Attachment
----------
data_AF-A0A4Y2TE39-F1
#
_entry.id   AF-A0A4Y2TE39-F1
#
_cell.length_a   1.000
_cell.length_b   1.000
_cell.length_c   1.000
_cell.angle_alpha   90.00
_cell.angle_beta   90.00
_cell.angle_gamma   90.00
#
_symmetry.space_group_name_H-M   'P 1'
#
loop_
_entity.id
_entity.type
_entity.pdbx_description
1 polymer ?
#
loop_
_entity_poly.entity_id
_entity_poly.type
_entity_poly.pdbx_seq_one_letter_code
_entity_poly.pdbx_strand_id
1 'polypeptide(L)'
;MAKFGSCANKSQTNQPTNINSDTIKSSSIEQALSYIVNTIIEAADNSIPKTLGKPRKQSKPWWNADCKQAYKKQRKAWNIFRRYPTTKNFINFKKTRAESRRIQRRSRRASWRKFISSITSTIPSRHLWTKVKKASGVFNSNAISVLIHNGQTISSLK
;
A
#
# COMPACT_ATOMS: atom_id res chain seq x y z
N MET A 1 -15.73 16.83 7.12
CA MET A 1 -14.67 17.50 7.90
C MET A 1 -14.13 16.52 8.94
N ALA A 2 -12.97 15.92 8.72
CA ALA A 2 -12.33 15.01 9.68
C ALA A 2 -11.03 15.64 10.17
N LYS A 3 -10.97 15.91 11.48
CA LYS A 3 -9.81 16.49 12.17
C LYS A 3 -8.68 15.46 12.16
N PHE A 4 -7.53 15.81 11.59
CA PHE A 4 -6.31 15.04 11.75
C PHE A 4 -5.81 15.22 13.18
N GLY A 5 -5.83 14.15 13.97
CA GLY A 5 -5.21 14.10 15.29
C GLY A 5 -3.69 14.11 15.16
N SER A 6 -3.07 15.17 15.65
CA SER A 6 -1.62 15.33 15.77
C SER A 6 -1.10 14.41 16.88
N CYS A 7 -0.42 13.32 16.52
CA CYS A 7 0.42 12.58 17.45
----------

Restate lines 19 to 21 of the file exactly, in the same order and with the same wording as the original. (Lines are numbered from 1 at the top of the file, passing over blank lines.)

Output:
#
loop_
_entity_poly.entity_id